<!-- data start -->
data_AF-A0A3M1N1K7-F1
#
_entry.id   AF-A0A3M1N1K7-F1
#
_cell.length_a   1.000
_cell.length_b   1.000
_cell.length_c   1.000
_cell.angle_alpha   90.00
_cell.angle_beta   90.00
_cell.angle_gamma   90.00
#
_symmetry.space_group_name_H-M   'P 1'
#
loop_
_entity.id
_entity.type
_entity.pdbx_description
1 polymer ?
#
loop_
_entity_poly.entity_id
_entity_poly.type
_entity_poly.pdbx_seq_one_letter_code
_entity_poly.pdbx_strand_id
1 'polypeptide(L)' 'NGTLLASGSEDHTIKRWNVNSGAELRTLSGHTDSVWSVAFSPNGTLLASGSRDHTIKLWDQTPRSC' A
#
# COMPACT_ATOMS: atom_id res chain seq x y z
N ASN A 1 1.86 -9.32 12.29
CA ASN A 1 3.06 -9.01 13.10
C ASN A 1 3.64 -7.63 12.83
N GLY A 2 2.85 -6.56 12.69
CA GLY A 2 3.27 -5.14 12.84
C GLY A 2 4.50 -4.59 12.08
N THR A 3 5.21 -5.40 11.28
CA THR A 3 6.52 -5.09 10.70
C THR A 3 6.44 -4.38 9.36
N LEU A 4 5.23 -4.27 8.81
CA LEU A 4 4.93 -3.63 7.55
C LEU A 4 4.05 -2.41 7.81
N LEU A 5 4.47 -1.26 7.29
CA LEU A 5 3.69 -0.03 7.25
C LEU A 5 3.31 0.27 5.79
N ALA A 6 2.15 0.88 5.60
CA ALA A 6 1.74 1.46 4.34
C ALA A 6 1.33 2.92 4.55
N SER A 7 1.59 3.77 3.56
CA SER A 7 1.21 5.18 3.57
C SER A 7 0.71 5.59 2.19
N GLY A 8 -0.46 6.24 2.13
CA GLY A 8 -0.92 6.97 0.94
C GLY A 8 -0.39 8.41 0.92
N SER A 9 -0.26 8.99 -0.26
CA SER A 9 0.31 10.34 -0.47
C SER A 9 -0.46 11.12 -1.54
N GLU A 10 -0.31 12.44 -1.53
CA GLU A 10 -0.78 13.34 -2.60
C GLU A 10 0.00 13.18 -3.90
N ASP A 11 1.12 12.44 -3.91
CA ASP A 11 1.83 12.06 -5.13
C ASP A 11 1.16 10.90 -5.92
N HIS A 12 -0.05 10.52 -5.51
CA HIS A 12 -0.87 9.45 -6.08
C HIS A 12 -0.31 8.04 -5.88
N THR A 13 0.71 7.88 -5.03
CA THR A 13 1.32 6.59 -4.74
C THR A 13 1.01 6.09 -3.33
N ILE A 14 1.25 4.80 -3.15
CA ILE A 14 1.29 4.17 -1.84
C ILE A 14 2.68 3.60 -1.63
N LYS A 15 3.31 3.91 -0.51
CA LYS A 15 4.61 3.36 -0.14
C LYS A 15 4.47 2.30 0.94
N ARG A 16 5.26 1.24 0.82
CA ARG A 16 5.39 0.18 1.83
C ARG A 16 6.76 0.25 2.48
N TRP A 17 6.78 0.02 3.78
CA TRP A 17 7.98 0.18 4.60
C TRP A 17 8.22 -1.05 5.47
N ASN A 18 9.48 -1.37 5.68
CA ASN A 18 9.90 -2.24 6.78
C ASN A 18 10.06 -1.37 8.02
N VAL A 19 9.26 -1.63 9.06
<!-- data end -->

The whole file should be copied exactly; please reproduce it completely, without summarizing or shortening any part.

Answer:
data_AF-A0A3M1N1K7-F1
#
_entry.id   AF-A0A3M1N1K7-F1
#
_cell.length_a   1.000
_cell.length_b   1.000
_cell.length_c   1.000
_cell.angle_alpha   90.00
_cell.angle_beta   90.00
_cell.angle_gamma   90.00
#
_symmetry.space_group_name_H-M   'P 1'
#
loop_
_entity.id
_entity.type
_entity.pdbx_description
1 polymer ?
#
loop_
_entity_poly.entity_id
_entity_poly.type
_entity_poly.pdbx_seq_one_letter_code
_entity_poly.pdbx_strand_id
1 'polypeptide(L)' 'NGTLLASGSEDHTIKRWNVNSGAELRTLSGHTDSVWSVAFSPNGTLLASGSRDHTIKLWDQTPRSC' A
#
# COMPACT_ATOMS: atom_id res chain seq x y z
N ASN A 1 1.86 -9.32 12.29
CA ASN A 1 3.06 -9.01 13.10
C ASN A 1 3.64 -7.63 12.83
N GLY A 2 2.85 -6.56 12.69
CA GLY A 2 3.27 -5.14 12.84
C GLY A 2 4.50 -4.59 12.08
N THR A 3 5.21 -5.40 11.28
CA THR A 3 6.52 -5.09 10.70
C THR A 3 6.44 -4.38 9.36
N LEU A 4 5.23 -4.27 8.81
CA LEU A 4 4.93 -3.63 7.55
C LEU A 4 4.05 -2.41 7.81
N LEU A 5 4.47 -1.26 7.29
CA LEU A 5 3.69 -0.03 7.25
C LEU A 5 3.31 0.27 5.79
N ALA A 6 2.15 0.88 5.60
CA ALA A 6 1.74 1.46 4.34
C ALA A 6 1.33 2.92 4.55
N SER A 7 1.59 3.77 3.56
CA SER A 7 1.21 5.18 3.57
C SER A 7 0.71 5.59 2.19
N GLY A 8 -0.46 6.24 2.13
CA GLY A 8 -0.92 6.97 0.94
C GLY A 8 -0.39 8.41 0.92
N SER A 9 -0.26 8.99 -0.26
CA SER A 9 0.31 10.34 -0.47
C SER A 9 -0.46 11.12 -1.54
N GLU A 10 -0.31 12.44 -1.53
CA GLU A 10 -0.78 13.34 -2.60
C GLU A 10 0.00 13.18 -3.90
N ASP A 11 1.12 12.44 -3.91
CA ASP A 11 1.83 12.06 -5.13
C ASP A 11 1.16 10.90 -5.92
N HIS A 12 -0.05 10.52 -5.51
CA HIS A 12 -0.87 9.45 -6.08
C HIS A 12 -0.31 8.04 -5.88
N THR A 13 0.71 7.88 -5.03
CA THR A 13 1.32 6.59 -4.74
C THR A 13 1.01 6.09 -3.33
N ILE A 14 1.25 4.80 -3.15
CA ILE A 14 1.29 4.17 -1.84
C ILE A 14 2.68 3.60 -1.63
N LYS A 15 3.31 3.91 -0.51
CA LYS A 15 4.61 3.36 -0.14
C LYS A 15 4.47 2.30 0.94
N ARG A 16 5.26 1.24 0.82
CA ARG A 16 5.39 0.18 1.83
C ARG A 16 6.76 0.25 2.48
N TRP A 17 6.78 0.02 3.78
CA TRP A 17 7.98 0.18 4.60
C TRP A 17 8.22 -1.05 5.47
N ASN A 18 9.48 -1.37 5.68
CA ASN A 18 9.90 -2.24 6.78
C ASN A 18 10.06 -1.37 8.02
N VAL A 19 9.26 -1.63 9.06